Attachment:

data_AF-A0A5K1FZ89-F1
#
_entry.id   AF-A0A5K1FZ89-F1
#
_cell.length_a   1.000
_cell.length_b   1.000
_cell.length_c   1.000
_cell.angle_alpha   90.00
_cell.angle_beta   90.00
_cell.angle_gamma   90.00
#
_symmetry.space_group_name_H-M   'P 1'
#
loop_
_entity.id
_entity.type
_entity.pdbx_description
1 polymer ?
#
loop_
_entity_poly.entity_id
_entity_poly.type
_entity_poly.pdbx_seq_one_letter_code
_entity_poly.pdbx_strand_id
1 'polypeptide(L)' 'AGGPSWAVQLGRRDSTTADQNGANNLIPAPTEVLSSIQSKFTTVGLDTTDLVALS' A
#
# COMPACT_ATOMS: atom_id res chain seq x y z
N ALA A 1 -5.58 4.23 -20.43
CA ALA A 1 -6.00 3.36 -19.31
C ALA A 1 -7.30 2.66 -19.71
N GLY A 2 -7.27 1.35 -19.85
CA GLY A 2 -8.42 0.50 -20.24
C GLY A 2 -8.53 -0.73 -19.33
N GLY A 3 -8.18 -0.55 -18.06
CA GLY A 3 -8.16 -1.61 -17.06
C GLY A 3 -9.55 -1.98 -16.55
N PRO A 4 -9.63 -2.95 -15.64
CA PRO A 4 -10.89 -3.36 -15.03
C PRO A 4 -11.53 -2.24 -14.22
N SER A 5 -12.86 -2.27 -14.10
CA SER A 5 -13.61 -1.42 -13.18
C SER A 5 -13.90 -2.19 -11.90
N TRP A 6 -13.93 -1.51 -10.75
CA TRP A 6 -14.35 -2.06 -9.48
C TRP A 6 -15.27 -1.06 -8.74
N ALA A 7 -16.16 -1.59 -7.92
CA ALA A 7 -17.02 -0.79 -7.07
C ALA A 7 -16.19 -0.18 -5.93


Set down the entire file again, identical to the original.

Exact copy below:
data_AF-A0A5K1FZ89-F1
#
_entry.id   AF-A0A5K1FZ89-F1
#
_cell.length_a   1.000
_cell.length_b   1.000
_cell.length_c   1.000
_cell.angle_alpha   90.00
_cell.angle_beta   90.00
_cell.angle_gamma   90.00
#
_symmetry.space_group_name_H-M   'P 1'
#
loop_
_entity.id
_entity.type
_entity.pdbx_description
1 polymer ?
#
loop_
_entity_poly.entity_id
_entity_poly.type
_entity_poly.pdbx_seq_one_letter_code
_entity_poly.pdbx_strand_id
1 'polypeptide(L)' 'AGGPSWAVQLGRRDSTTADQNGANNLIPAPTEVLSSIQSKFTTVGLDTTDLVALS' A
#
# COMPACT_ATOMS: atom_id res chain seq x y z
N ALA A 1 -5.58 4.23 -20.43
CA ALA A 1 -6.00 3.36 -19.31
C ALA A 1 -7.30 2.66 -19.71
N GLY A 2 -7.27 1.35 -19.85
CA GLY A 2 -8.42 0.50 -20.24
C GLY A 2 -8.53 -0.73 -19.33
N GLY A 3 -8.18 -0.55 -18.06
CA GLY A 3 -8.16 -1.61 -17.06
C GLY A 3 -9.55 -1.98 -16.55
N PRO A 4 -9.63 -2.95 -15.64
CA PRO A 4 -10.89 -3.36 -15.03
C PRO A 4 -11.53 -2.24 -14.22
N SER A 5 -12.86 -2.27 -14.10
CA SER A 5 -13.61 -1.42 -13.18
C SER A 5 -13.90 -2.19 -11.90
N TRP A 6 -13.93 -1.51 -10.75
CA TRP A 6 -14.35 -2.06 -9.48
C TRP A 6 -15.27 -1.06 -8.74
N ALA A 7 -16.16 -1.59 -7.92
CA ALA A 7 -17.02 -0.79 -7.07
C ALA A 7 -16.19 -0.18 -5.93